April 23. I am a boarding school survivor, sent far away at the age of 8, my brother, Mike, with me. The school was Mbeya Primary School in the eponymous town in southern Tanganyika. The year was 1956. My father had taken a posting in Zanzibar as a political officer in the colonial administration. After a week of dormitory living with weeping at night; being called to strange meals by an African beating a drum and the realisation of the ‘wet takkie’ sanction for minor misdemeanours, I told my brother, ‘I’ve had enough, I want to go home.’ He explained to me that that was not how it worked.
In those days we had 3 term years. It was a long term for me. Every week we had to sit down and write a letter home. And every week, I received a letter from my mother.
This was the future for a few memorable years. To attend high school, Mike and I flew down to Natal, South Africa. It took a two-day flight by Dakota down the eastern coast of Africa and a train journey to get to school. And note that from the age of 12 and my brother aged 14, we were unaccompanied.
At boarding school I was the only child from East Africa, let alone Zanzibar, and was soon called a ‘zanzibar-barbarian’ because that is what kids do to strangers. But still the letters came and went. Every week my mother typed a duplicate letter to Mike and me. Every Monday for 5 years, the blue airmail envelope arrived bearing stamps with Sultan Seyyid Khalifa’s face and then Sutlan Abdullah’s. At rest period after lunch, these letters would take me home, a tangible and mental solace. Every Saturday we had letter-writing and I wrote to my parents about the happenings in my school life. I still have many of these letters, now a precious window into the past.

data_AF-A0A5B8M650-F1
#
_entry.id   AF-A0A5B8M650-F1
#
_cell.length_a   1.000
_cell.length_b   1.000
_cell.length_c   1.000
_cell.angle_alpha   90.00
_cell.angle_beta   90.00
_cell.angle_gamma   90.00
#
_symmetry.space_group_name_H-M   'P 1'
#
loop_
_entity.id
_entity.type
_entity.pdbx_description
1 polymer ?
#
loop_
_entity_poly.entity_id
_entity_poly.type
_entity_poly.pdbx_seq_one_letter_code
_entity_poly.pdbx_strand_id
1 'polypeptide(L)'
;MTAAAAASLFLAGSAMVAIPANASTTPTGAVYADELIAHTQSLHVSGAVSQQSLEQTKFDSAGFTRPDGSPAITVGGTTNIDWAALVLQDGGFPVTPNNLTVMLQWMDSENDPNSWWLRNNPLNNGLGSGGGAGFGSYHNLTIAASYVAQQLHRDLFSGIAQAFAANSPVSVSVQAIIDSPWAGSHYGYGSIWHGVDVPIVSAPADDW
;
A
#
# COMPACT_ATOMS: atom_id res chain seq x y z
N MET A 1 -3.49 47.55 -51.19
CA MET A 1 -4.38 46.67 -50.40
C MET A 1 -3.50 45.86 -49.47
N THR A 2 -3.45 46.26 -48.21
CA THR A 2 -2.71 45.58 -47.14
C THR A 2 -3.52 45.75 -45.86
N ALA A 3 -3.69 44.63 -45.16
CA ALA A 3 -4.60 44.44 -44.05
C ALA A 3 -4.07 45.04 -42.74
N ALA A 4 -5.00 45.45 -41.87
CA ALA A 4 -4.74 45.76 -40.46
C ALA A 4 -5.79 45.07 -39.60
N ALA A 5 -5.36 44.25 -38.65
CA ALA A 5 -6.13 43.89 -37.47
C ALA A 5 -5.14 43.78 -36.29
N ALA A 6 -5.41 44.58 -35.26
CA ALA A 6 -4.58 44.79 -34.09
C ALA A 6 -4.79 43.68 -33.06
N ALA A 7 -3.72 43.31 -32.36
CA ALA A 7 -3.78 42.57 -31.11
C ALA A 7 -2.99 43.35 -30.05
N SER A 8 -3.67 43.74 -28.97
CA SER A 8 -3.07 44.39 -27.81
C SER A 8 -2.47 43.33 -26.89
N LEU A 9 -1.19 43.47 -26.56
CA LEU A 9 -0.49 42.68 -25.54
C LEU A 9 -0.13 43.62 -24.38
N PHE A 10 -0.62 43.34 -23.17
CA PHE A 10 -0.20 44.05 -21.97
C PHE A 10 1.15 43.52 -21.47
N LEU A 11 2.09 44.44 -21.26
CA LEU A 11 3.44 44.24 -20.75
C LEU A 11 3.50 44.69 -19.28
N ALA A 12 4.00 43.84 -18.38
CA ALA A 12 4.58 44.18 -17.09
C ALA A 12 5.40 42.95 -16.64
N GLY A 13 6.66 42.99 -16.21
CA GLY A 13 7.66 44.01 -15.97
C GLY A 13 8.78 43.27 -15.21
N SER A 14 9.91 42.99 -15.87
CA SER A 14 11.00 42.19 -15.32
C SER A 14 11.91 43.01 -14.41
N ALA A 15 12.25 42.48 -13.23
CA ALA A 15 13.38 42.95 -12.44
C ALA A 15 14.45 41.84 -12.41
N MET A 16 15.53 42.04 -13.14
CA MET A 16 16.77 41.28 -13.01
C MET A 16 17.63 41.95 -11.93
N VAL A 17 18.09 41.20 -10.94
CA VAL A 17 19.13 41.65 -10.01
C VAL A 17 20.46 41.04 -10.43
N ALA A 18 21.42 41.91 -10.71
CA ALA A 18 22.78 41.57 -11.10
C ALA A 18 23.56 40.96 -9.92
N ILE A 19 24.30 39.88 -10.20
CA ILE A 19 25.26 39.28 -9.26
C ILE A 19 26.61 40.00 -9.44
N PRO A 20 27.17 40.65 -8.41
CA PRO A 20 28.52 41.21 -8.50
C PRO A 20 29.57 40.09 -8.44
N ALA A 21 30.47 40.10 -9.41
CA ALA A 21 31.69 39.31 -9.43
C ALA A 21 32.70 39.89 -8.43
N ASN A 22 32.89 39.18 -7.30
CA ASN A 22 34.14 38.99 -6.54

Forward to the present, 60 years on, and we have the miracle of emails. There are fundamental differences with emails: the way we write them; the way we read them; the way we reply. It’s fairly obvious that we do not take the same care over an email that we would with a hand-written or typed letter. There is just NOT that same kind of mental space. There is instead an imperative to be quick and to get it done – since there are so many to deal with. Parallel with emails, we now have phones that can access family and friends over the world without charge; we share personal time that way.
Since the lockdown, I have noticed that people are writing longer emails, more descriptive, more thoughtful. Some are calling these emails, ‘postcards’, delivered with photos and a promise to keep in touch with more extensive reflections during social distancing.
This brings us to another quirk with emails. You are expected to reply promptly. Whereas my letter home and my mother’s reply took a turnaround time of 2-3 weeks, I am able to reply to emails sent seconds ago. I feel that I should not leave days to reply or the sender might feel neglected. And what about the content? In my experience you told more of a story of your life, your situation, in letter writing. You were more reflective. Not quite so in emails.
And where do they go? I still have a swathe of letters from long ago, from my year living in the UK in 1971-1972 but as for emails? They disappear: left behind in old computers or not filed, not printed, not regarded as of any value.
the past is a forgotten country …